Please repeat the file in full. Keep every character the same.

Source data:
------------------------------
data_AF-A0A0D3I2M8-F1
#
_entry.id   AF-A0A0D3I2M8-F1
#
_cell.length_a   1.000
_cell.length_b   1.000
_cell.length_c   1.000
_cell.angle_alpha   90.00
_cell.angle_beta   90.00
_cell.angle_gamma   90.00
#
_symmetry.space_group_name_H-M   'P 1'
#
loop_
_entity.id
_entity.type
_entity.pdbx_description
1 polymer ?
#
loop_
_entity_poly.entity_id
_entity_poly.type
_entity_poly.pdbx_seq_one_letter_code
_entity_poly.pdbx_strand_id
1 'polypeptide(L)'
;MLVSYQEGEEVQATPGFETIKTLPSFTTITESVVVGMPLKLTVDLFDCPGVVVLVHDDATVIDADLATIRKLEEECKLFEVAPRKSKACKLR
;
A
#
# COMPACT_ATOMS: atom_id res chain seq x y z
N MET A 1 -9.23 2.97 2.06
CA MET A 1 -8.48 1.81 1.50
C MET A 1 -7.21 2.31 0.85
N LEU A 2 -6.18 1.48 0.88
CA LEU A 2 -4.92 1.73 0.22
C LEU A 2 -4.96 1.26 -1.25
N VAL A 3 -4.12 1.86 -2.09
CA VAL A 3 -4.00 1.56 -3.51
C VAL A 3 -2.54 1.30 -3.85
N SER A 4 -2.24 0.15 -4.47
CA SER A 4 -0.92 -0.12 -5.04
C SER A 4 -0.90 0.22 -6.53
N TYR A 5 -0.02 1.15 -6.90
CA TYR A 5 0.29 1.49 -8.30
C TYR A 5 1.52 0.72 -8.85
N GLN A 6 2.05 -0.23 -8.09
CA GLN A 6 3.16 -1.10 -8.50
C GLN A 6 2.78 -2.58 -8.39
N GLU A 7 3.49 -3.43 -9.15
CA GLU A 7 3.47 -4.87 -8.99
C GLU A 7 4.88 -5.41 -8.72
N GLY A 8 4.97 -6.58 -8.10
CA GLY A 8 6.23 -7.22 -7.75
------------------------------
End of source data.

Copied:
data_AF-A0A0D3I2M8-F1
#
_entry.id   AF-A0A0D3I2M8-F1
#
_cell.length_a   1.000
_cell.length_b   1.000
_cell.length_c   1.000
_cell.angle_alpha   90.00
_cell.angle_beta   90.00
_cell.angle_gamma   90.00
#
_symmetry.space_group_name_H-M   'P 1'
#
loop_
_entity.id
_entity.type
_entity.pdbx_description
1 polymer ?
#
loop_
_entity_poly.entity_id
_entity_poly.type
_entity_poly.pdbx_seq_one_letter_code
_entity_poly.pdbx_strand_id
1 'polypeptide(L)'
;MLVSYQEGEEVQATPGFETIKTLPSFTTITESVVVGMPLKLTVDLFDCPGVVVLVHDDATVIDADLATIRKLEEECKLFEVAPRKSKACKLR
;
A
#
# COMPACT_ATOMS: atom_id res chain seq x y z
N MET A 1 -9.23 2.97 2.06
CA MET A 1 -8.48 1.81 1.50
C MET A 1 -7.21 2.31 0.85
N LEU A 2 -6.18 1.48 0.88
CA LEU A 2 -4.92 1.73 0.22
C LEU A 2 -4.96 1.26 -1.25
N VAL A 3 -4.12 1.86 -2.09
CA VAL A 3 -4.00 1.56 -3.51
C VAL A 3 -2.54 1.30 -3.85
N SER A 4 -2.24 0.15 -4.47
CA SER A 4 -0.92 -0.12 -5.04
C SER A 4 -0.90 0.22 -6.53
N TYR A 5 -0.02 1.15 -6.90
CA TYR A 5 0.29 1.49 -8.30
C TYR A 5 1.52 0.72 -8.85
N GLN A 6 2.05 -0.23 -8.09
CA GLN A 6 3.16 -1.10 -8.50
C GLN A 6 2.78 -2.58 -8.39
N GLU A 7 3.49 -3.43 -9.15
CA GLU A 7 3.47 -4.87 -8.99
C GLU A 7 4.88 -5.41 -8.72
N GLY A 8 4.97 -6.58 -8.10
CA GLY A 8 6.23 -7.22 -7.75